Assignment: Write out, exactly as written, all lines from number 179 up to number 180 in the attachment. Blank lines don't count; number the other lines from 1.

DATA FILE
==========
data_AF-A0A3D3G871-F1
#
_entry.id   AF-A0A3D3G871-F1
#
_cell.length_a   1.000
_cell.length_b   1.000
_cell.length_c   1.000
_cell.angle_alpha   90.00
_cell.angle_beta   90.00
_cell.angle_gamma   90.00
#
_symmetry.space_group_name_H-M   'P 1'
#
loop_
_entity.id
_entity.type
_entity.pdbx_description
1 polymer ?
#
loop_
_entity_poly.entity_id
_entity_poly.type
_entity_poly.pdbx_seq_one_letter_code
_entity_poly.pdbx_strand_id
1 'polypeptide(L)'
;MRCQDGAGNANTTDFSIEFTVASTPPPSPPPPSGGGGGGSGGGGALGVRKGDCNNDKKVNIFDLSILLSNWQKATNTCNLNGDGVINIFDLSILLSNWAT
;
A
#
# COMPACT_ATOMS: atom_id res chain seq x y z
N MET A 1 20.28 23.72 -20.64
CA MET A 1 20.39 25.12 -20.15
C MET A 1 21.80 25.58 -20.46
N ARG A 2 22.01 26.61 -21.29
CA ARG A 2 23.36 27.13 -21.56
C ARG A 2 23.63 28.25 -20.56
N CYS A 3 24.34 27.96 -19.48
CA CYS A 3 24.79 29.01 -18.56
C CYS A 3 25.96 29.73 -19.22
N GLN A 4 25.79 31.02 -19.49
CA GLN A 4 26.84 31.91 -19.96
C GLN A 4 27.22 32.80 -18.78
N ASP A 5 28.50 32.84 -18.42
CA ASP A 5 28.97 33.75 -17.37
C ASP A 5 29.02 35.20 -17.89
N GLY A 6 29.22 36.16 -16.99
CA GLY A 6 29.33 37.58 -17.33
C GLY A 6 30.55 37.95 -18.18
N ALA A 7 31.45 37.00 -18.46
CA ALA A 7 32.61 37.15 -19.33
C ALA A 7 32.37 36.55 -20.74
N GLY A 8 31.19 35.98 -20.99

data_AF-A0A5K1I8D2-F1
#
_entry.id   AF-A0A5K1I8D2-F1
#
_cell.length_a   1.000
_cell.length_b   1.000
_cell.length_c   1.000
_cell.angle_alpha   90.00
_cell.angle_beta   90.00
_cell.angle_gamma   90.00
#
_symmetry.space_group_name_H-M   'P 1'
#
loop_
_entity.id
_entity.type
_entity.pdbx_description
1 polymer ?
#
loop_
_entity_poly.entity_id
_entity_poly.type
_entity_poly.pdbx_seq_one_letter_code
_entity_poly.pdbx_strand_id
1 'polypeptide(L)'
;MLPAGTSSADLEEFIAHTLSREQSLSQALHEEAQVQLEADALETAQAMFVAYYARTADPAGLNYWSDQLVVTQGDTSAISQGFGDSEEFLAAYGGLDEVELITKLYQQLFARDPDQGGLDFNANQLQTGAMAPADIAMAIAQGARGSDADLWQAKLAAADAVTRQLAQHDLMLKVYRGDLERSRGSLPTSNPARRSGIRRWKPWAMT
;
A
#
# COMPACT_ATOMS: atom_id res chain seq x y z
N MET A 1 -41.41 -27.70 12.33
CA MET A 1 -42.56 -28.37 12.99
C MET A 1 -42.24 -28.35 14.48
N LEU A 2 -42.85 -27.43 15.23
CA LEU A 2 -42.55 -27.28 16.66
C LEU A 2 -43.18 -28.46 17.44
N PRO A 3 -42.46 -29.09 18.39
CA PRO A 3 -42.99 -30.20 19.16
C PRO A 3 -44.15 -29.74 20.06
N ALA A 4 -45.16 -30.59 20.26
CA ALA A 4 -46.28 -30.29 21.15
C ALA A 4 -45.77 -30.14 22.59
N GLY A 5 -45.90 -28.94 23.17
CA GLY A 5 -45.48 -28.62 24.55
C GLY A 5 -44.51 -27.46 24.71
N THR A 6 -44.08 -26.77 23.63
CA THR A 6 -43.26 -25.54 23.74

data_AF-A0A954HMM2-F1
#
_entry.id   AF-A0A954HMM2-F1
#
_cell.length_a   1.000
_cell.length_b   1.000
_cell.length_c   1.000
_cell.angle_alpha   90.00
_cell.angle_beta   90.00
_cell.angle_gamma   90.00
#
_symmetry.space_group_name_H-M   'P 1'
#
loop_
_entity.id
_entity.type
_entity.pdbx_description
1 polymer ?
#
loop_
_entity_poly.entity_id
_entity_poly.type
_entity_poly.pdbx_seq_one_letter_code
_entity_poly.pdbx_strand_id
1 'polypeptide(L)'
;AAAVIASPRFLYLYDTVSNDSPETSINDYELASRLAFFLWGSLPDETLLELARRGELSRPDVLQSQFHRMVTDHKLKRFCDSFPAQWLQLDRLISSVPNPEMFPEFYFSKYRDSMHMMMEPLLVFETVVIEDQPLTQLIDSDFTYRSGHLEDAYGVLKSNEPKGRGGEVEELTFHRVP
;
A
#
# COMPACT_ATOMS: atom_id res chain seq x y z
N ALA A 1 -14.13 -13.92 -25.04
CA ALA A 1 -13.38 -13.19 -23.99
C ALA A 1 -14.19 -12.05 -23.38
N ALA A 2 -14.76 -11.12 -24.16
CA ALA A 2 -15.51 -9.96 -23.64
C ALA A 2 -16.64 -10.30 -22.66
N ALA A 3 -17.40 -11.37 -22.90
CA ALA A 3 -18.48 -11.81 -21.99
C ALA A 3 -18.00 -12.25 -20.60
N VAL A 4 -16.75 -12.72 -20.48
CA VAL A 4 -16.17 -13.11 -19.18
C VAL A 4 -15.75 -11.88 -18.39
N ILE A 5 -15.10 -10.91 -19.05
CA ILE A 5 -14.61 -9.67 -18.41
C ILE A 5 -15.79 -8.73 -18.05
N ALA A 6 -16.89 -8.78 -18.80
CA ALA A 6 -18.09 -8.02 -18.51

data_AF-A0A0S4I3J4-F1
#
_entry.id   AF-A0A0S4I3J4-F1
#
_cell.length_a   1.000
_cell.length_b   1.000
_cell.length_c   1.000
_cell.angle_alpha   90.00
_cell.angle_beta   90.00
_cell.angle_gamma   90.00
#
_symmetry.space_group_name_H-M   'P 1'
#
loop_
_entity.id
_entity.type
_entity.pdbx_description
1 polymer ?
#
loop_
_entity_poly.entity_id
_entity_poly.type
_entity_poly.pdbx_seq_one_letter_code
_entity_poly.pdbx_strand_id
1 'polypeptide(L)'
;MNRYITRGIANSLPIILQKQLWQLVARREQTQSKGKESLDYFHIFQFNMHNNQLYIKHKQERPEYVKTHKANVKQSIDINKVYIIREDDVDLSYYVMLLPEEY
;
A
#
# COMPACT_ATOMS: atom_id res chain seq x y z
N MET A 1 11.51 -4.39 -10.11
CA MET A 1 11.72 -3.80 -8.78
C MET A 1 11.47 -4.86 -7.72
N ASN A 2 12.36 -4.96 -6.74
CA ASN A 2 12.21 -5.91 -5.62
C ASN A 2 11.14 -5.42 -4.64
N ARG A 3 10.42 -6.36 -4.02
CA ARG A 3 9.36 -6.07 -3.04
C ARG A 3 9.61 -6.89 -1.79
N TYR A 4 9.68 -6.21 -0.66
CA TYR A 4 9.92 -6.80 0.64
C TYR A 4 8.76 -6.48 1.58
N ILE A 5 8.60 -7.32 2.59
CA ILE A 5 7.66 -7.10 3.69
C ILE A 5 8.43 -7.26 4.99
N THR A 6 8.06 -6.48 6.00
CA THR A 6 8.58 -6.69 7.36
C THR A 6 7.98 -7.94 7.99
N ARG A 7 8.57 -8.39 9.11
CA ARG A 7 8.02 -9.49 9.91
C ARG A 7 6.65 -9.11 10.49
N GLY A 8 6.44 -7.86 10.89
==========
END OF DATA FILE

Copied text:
C MET A 1 11.47 -4.86 -7.72
N ASN A 2 12.36 -4.96 -6.74